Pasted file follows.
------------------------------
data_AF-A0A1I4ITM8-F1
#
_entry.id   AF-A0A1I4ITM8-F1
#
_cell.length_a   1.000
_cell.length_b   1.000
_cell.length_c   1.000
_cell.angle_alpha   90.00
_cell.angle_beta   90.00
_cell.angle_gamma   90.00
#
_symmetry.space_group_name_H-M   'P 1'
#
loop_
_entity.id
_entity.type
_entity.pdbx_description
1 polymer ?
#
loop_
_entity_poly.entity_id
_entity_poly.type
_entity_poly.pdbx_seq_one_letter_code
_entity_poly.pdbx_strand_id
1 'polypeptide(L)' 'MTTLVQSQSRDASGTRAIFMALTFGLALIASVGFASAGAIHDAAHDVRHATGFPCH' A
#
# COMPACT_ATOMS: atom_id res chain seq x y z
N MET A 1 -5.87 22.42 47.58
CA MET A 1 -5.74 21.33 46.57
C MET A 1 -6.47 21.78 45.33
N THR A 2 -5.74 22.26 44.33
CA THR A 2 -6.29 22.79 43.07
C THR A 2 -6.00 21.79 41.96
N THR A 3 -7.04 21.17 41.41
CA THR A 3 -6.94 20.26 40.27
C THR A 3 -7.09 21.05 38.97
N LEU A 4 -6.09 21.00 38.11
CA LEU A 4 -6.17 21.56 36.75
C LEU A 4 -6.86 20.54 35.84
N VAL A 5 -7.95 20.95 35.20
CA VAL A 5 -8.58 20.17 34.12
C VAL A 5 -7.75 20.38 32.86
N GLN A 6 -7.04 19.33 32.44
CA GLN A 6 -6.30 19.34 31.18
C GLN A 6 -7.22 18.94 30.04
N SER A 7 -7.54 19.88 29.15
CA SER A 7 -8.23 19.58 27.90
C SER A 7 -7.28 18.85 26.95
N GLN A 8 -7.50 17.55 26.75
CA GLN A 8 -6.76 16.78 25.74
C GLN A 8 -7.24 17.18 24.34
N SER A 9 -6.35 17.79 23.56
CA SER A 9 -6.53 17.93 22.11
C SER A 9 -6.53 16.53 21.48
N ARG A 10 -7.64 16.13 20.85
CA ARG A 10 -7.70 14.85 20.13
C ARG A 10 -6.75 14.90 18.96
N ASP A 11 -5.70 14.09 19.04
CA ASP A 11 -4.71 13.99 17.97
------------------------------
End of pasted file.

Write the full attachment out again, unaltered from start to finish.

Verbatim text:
data_AF-A0A1I4ITM8-F1
#
_entry.id   AF-A0A1I4ITM8-F1
#
_cell.length_a   1.000
_cell.length_b   1.000
_cell.length_c   1.000
_cell.angle_alpha   90.00
_cell.angle_beta   90.00
_cell.angle_gamma   90.00
#
_symmetry.space_group_name_H-M   'P 1'
#
loop_
_entity.id
_entity.type
_entity.pdbx_description
1 polymer ?
#
loop_
_entity_poly.entity_id
_entity_poly.type
_entity_poly.pdbx_seq_one_letter_code
_entity_poly.pdbx_strand_id
1 'polypeptide(L)' 'MTTLVQSQSRDASGTRAIFMALTFGLALIASVGFASAGAIHDAAHDVRHATGFPCH' A
#
# COMPACT_ATOMS: atom_id res chain seq x y z
N MET A 1 -5.87 22.42 47.58
CA MET A 1 -5.74 21.33 46.57
C MET A 1 -6.47 21.78 45.33
N THR A 2 -5.74 22.26 44.33
CA THR A 2 -6.29 22.79 43.07
C THR A 2 -6.00 21.79 41.96
N THR A 3 -7.04 21.17 41.41
CA THR A 3 -6.94 20.26 40.27
C THR A 3 -7.09 21.05 38.97
N LEU A 4 -6.09 21.00 38.11
CA LEU A 4 -6.17 21.56 36.75
C LEU A 4 -6.86 20.54 35.84
N VAL A 5 -7.95 20.95 35.20
CA VAL A 5 -8.58 20.17 34.12
C VAL A 5 -7.75 20.38 32.86
N GLN A 6 -7.04 19.33 32.44
CA GLN A 6 -6.30 19.34 31.18
C GLN A 6 -7.22 18.94 30.04
N SER A 7 -7.54 19.88 29.15
CA SER A 7 -8.23 19.58 27.90
C SER A 7 -7.28 18.85 26.95
N GLN A 8 -7.50 17.55 26.75
CA GLN A 8 -6.76 16.78 25.74
C GLN A 8 -7.24 17.18 24.34
N SER A 9 -6.35 17.79 23.56
CA SER A 9 -6.53 17.93 22.11
C SER A 9 -6.53 16.53 21.48
N ARG A 10 -7.64 16.13 20.85
CA ARG A 10 -7.70 14.85 20.13
C ARG A 10 -6.75 14.90 18.96
N ASP A 11 -5.70 14.09 19.04
CA ASP A 11 -4.71 13.99 17.97